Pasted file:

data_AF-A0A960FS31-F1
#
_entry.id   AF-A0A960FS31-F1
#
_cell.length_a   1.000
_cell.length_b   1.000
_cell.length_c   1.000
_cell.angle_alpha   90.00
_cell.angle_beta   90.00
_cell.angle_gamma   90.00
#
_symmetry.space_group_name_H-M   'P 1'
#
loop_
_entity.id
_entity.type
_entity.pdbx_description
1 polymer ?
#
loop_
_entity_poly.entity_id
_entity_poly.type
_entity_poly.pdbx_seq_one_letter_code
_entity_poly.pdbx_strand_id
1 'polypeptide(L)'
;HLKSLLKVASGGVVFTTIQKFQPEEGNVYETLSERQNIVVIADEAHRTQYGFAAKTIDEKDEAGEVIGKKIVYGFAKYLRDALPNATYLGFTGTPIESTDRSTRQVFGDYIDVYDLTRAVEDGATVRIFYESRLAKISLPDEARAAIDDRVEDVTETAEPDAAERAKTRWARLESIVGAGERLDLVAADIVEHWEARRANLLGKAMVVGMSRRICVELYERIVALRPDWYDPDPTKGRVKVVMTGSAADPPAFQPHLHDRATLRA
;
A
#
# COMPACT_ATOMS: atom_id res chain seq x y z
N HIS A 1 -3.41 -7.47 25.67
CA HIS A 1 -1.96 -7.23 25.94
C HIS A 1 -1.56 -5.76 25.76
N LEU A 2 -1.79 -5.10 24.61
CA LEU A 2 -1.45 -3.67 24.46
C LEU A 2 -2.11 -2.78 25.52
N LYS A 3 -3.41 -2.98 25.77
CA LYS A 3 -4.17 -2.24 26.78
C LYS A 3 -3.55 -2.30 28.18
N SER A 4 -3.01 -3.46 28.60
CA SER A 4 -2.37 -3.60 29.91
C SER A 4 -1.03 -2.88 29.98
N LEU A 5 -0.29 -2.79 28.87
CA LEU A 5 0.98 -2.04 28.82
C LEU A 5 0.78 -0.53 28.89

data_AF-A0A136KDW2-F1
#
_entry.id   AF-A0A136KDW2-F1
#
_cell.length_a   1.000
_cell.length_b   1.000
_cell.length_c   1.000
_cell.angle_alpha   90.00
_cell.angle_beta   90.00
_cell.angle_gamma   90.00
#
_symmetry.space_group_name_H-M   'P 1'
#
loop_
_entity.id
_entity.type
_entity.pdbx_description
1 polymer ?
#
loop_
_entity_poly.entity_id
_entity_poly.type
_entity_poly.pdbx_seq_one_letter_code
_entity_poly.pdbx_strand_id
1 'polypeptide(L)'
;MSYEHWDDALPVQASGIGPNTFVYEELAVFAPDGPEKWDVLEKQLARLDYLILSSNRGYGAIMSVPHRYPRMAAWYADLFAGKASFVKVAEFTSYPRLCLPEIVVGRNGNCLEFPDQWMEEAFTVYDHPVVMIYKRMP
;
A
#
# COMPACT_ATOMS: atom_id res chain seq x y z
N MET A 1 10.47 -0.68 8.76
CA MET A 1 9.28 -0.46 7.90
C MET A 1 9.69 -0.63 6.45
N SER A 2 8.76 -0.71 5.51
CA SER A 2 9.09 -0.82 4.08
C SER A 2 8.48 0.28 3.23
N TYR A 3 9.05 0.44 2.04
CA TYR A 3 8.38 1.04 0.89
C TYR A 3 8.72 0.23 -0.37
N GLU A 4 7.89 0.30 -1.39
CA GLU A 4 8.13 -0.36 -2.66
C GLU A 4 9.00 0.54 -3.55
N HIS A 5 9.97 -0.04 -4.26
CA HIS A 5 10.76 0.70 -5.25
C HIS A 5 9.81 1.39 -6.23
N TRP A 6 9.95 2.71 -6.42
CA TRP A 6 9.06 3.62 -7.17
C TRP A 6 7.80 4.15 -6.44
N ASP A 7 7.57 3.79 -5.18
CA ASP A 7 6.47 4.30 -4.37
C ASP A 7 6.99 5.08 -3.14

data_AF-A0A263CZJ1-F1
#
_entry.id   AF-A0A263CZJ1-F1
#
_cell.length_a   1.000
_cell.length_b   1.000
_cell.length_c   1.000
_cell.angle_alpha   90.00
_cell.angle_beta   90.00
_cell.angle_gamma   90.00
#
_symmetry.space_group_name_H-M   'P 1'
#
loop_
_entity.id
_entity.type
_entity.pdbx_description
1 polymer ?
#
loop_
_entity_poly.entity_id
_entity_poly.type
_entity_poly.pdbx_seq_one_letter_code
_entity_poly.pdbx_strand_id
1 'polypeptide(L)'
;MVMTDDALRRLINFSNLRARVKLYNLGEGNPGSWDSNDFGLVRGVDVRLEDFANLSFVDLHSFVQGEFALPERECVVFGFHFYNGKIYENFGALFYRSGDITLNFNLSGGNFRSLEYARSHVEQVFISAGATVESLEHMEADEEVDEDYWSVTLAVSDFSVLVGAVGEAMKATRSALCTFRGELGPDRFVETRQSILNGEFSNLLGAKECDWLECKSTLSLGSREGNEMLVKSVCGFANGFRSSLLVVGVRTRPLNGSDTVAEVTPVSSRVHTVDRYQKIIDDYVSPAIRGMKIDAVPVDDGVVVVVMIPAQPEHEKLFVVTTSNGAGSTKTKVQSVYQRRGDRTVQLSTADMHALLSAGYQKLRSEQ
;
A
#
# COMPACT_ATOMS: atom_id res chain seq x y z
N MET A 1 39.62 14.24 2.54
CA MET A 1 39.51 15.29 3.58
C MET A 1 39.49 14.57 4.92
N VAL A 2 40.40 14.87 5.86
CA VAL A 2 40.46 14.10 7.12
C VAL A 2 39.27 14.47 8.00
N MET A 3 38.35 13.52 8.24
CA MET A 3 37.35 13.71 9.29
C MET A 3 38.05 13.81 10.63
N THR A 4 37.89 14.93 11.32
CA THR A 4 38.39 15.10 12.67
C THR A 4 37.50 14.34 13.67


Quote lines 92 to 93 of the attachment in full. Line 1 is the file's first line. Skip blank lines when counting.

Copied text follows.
CA TRP A 6 9.06 3.62 -7.17
C TRP A 6 7.80 4.15 -6.44